So you’ve found yourself involved in a legal matter and you’ve decided to represent yourself. Maybe you’ve just received a copy of a complaint which was filed against you. Maybe you’ve received a letter from an attorney who claims to represent someone against you. Perhaps a neighbor who’s borrowed your tools now refuses to return them and you’d like to be reimbursed for their loss. Regardless of how it happened, you’re facing the prospect of diving headfirst into the legal world. Where do you begin?
Fortunately, there’s an easy answer. If you have decided not to hire an attorney to represent you in your legal issues, the first thing you need to do is research. Research is probably the most critical part of preparing for your case, no matter what the case is actually about. As it turns out, the legal world can be incredibly complex. Even seasoned attorneys spend a huge chunk of time researching the issues and law involved in a case. You can bet that any other attorneys involved in the case, their clients and the judge are spending a significant amount of time researching – if you are not prepared to do the same you run the risk of seriously hurting your chances of winning.
First, you need to identify the issues in the case. Are you being sued because a former business partner thinks that you breached a contract? Did you get pulled over because you were speeding or because you ran a stop sign, or both? What facts do you have to prove to show that the person in the Wal-Mart parking lot was negligent when they backed into your car? Learn what it is that you are trying to prove, or what defenses you have for your conduct before you prepare to make your case. Once you have identified the issues, it’s time to research.
There are several methods by which you could begin researching the issues in your case. You could apply to and enroll at a law school, spend three years and significant amount of money learning the basics of law and practice, and pass a bar exam, at which point you might have an idea how to prepare your case. This is probably not the most cost and time-effective way of going about dealing with a minor legal issue, however. Instead, rely on the rich variety of resources available at your fingertips.
The most accessible resource is obviously the internet. There are many excellent sources of information available, free-of-charge, just a mouse-click away. For example, Cornell University Law School’s Legal Information Institute, found at http://www.law.cornell.edu, provides an enormous amount of information related to the Constitution, federal and state statutes, and information designed to make the law more accessible to non-lawyers. Likewise, companies such as Westlaw (www.westlaw.com) and LexisNexis (www.lexisnexis.com) publish an exhaustive number of court decisions, statutes, and other resources which are used by lawyers on a regular basis. These are excellent places for you to begin your search. Note that some of the best databases such as Westlaw and LexisNexis require a subscription or access to a law library (more on that in a bit). The Legal Information Institute is free.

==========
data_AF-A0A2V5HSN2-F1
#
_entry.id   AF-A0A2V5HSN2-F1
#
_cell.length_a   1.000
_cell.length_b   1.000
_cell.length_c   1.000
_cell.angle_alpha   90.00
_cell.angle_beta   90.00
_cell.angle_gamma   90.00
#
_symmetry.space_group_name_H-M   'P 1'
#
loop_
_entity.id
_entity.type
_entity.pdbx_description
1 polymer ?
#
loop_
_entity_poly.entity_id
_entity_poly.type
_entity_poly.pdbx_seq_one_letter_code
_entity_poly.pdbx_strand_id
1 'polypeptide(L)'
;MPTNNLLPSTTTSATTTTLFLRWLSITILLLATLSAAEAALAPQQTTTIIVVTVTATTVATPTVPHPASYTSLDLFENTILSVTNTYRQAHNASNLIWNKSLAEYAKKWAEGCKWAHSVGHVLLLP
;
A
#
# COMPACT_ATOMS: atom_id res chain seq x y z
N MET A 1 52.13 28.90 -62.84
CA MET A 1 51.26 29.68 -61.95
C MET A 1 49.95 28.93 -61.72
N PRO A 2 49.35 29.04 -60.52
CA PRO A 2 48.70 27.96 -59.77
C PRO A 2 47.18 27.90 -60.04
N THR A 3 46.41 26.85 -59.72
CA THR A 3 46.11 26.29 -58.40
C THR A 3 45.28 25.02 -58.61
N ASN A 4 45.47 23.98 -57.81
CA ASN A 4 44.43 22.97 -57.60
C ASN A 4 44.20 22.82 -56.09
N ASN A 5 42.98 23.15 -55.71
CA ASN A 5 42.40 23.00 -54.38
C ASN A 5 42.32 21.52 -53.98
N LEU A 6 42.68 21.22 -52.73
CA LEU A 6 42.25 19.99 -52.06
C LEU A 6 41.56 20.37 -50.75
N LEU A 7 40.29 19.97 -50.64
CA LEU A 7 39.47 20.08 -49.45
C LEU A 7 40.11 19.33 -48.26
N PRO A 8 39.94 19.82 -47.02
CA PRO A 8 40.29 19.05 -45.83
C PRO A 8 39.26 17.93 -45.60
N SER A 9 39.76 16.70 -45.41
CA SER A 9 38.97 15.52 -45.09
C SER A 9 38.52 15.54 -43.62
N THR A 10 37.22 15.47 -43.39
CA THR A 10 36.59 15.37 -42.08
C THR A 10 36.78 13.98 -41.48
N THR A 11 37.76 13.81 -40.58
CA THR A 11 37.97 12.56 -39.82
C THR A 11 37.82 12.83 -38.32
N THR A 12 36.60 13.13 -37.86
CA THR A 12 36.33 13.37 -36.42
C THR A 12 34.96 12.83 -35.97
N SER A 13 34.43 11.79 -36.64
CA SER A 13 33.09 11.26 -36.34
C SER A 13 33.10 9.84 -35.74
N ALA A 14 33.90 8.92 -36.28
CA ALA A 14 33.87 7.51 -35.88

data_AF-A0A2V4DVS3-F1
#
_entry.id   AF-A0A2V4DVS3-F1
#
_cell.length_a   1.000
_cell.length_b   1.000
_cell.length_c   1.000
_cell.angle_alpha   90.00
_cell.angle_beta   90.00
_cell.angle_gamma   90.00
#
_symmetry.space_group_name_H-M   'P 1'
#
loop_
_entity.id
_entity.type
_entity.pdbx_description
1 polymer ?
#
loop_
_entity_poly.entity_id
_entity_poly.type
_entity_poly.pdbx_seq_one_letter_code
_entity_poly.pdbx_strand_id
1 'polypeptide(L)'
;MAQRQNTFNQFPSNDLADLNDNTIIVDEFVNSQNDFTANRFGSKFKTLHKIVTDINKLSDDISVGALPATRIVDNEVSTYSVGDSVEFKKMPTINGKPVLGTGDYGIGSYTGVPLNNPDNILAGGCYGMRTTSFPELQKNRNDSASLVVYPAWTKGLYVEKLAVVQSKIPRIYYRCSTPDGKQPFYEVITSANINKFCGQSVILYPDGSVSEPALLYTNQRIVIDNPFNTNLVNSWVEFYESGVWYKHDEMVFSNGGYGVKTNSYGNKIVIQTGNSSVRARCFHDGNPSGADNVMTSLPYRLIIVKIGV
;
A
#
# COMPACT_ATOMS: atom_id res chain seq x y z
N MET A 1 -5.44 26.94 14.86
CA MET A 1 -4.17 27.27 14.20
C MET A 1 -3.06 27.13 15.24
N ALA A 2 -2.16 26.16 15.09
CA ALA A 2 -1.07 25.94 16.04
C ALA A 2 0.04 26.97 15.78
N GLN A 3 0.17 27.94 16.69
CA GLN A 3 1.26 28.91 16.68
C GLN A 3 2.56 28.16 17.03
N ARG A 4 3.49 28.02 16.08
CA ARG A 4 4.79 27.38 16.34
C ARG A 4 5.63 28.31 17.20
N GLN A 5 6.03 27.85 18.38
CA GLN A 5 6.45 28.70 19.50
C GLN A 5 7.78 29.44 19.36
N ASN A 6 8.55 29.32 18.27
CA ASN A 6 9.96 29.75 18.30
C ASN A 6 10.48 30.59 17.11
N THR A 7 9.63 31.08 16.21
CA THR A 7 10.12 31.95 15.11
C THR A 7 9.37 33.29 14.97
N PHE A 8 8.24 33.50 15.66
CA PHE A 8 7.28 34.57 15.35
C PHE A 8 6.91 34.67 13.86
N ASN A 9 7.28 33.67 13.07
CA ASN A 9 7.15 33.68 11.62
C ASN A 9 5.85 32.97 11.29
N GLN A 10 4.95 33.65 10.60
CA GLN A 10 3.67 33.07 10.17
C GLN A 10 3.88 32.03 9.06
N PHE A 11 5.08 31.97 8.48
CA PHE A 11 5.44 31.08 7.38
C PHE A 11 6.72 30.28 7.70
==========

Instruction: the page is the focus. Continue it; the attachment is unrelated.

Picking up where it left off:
A word of warning though: while the internet has tremendous value as a means for locating relevant study materials, you should be extremely careful about the reliability of those materials. For example, don’t rely on Wikipedia – while information there can be correct and is frequently a way to gain a general understanding of a subject, it is impossible to gauge how accurate that information is. Always rely on a reputable source.
Another excellent source of legal information is your local law library. Law libraries frequently have large collections of books containing key case law at both the state and national level, and, more importantly, usually have a public subscription to Internet services such as Westlaw and LexisNexis. Thus, a visit to a law library can be an extremely cost effective method of doing your research. Note that not all local law libraries are open to the public. For example, the Toledo Law Association Library’s computers and online services are only available to members. On the other hand, the Wood County Law Library, 25 minutes to the south, is open and available to anyone wishing to use its resources. To locate a law library near you in the state of Ohio, visit http://www.clelaw.lib.oh.us/public/misc/colawlib.html, which contains the address and contact information for county law libraries throughout the state.
Using the types of resources discussed above should give you a head start on understanding the legal issues you face. If you are representing yourself in a legal matter, take the time to familiarize yourself with these sources of information. Winning a legal battle requires that you understand the law you are dealing with – now you know where to start looking. Next time, we’ll discuss the differences between statutes, case law and other types of legal authority in order to help you narrow down your search.
Adam is an associate attorney at Rohrbachers Cron Manahan Trimble & Zimmerman Co., L.P.A. This article is the second in a multi-part series providing practical tips for pro se parties representing themselves in a legal action.